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Partition functions
It is clear that all important macroscopic quantities
associated with a system can be expressed in terms
of its partition function . Let us investigate how
the partition function is related to thermodynamical quantities.
Recall that is a function of both and (where is the single
external parameter). Hence,
, and we can write

(415) 
Consider a quasistatic change by which and change so slowly that
the system stays close to equilibrium, and, thus, remains
distributed according to the
Boltzmann distribution. If follows from Eqs. (399) and (409) that

(416) 
The last term can be rewritten

(417) 
giving

(418) 
The above equation shows that although the heat absorbed by the system
is not
an exact differential, it becomes one when multiplied by the temperature
parameter . This is essentially the second law of thermodynamics. In fact,
we know that

(419) 
Hence,

(420) 
This expression enables us to calculate the entropy of a system
from its partition function.
Suppose that we are dealing with a system consisting of
two systems and which only interact weakly with one another. Let each
state of be denoted by an index and have a corresponding energy .
Likewise, let each state of be denoted by an index and have a corresponding
energy . A state of the combined system is then denoted
by two indices and . Since and only interact weakly their
energies are additive, and the energy of state is

(421) 
By definition, the partition function of takes the form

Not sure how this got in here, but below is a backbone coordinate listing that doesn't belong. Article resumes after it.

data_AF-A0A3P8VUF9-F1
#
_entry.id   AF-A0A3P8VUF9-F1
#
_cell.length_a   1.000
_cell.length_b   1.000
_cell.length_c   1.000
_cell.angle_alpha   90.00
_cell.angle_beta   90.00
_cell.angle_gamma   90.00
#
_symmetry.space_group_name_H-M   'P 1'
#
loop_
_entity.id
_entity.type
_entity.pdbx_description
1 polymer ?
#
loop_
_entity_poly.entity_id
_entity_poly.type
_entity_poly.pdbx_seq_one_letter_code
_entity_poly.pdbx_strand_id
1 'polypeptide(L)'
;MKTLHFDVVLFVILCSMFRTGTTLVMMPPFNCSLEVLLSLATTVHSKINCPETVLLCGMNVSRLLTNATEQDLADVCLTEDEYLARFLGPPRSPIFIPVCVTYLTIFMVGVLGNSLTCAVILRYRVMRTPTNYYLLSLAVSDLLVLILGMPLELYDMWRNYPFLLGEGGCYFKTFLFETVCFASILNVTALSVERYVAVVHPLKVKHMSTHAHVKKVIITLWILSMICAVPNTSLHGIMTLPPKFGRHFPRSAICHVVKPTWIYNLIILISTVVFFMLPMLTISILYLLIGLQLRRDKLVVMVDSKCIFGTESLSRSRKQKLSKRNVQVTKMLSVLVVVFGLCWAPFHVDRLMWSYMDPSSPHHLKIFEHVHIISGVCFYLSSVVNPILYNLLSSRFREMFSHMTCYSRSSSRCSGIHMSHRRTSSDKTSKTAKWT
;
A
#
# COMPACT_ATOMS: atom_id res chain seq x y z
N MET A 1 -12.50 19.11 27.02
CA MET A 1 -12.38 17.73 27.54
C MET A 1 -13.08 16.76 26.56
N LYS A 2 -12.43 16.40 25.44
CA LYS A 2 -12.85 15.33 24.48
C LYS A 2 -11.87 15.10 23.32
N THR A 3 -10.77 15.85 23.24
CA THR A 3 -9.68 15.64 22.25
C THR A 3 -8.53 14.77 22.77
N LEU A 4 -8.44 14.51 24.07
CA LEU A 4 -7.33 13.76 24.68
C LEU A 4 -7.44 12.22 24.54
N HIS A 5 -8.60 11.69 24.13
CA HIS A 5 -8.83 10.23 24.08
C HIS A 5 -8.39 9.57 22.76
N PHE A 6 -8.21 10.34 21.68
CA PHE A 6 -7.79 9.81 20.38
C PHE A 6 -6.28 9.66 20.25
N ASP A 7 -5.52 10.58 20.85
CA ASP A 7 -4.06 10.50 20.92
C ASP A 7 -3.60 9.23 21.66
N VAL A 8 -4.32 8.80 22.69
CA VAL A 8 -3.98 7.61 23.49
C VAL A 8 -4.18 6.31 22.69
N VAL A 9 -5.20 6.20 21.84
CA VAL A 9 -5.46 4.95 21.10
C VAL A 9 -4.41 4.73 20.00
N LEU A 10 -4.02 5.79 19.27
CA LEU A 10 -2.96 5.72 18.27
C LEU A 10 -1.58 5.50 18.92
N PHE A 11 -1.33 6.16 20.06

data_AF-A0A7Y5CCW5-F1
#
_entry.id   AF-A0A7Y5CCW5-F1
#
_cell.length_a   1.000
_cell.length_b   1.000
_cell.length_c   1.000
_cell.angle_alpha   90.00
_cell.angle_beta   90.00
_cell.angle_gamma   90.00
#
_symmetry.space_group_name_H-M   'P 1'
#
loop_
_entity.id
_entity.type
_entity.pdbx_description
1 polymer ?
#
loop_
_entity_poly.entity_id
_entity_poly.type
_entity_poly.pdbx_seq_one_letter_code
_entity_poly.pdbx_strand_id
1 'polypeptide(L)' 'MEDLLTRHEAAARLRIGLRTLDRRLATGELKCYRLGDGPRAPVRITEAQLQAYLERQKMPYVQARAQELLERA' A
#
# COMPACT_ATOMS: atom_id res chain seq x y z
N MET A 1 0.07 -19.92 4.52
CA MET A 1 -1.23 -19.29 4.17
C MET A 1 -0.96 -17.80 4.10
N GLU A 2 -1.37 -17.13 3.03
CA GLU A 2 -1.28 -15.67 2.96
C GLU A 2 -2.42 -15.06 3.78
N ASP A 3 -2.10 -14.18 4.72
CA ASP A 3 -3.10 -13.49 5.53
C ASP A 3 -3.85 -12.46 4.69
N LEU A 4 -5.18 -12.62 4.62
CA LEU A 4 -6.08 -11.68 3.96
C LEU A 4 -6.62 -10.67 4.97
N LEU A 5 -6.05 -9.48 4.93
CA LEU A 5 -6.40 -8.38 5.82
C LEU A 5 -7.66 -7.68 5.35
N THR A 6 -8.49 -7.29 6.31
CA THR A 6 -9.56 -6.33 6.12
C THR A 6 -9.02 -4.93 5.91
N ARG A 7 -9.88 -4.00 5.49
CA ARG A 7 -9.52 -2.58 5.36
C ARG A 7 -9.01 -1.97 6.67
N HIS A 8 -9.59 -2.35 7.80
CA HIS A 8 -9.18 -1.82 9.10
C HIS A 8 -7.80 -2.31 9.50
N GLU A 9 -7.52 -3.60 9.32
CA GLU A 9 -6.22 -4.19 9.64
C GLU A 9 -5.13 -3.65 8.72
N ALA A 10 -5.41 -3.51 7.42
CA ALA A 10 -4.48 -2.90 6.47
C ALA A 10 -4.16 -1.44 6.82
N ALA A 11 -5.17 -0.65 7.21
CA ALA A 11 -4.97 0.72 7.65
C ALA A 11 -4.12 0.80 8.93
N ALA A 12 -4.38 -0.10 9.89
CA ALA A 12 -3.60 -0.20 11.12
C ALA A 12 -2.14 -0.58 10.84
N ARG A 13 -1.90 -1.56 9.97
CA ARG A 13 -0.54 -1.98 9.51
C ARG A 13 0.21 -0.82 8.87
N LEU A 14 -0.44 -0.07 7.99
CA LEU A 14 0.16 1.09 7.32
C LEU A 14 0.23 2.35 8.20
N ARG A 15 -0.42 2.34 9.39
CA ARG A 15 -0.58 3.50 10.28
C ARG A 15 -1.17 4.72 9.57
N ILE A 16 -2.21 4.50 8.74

Hence,

(423) 
giving

(424) 
where and are the partition functions of and , respectively.
It follows from Eq. (399) that the mean energies of , , and
are related by

(425) 
It also follows from Eq. (420) that the respective entropies of these systems
are related via

(426) 
Hence, the partition function tells us that the extensive thermodynamic
functions of two weakly interacting systems are simply additive.
It is clear that we can perform statistical thermodynamical calculations using
the partition function instead of the more direct approach in which we use the
density of states . The former
approach is advantageous because the partition function
is an unrestricted sum of Boltzmann factors over all
accessible states,
irrespective of their energy, whereas the
density of states is a restricted sum over all states whose energies
lie in some narrow range. In general, it is far easier to perform an unrestricted
sum than a restricted sum. Thus, it is generally easier to derive
statistical thermodynamical results using rather than , although
has a far more direct physical significance than .
Next: Ideal monatomic gases
Up: Applications of statistical thermodynamics
Previous: Mean values
Richard Fitzpatrick
20060202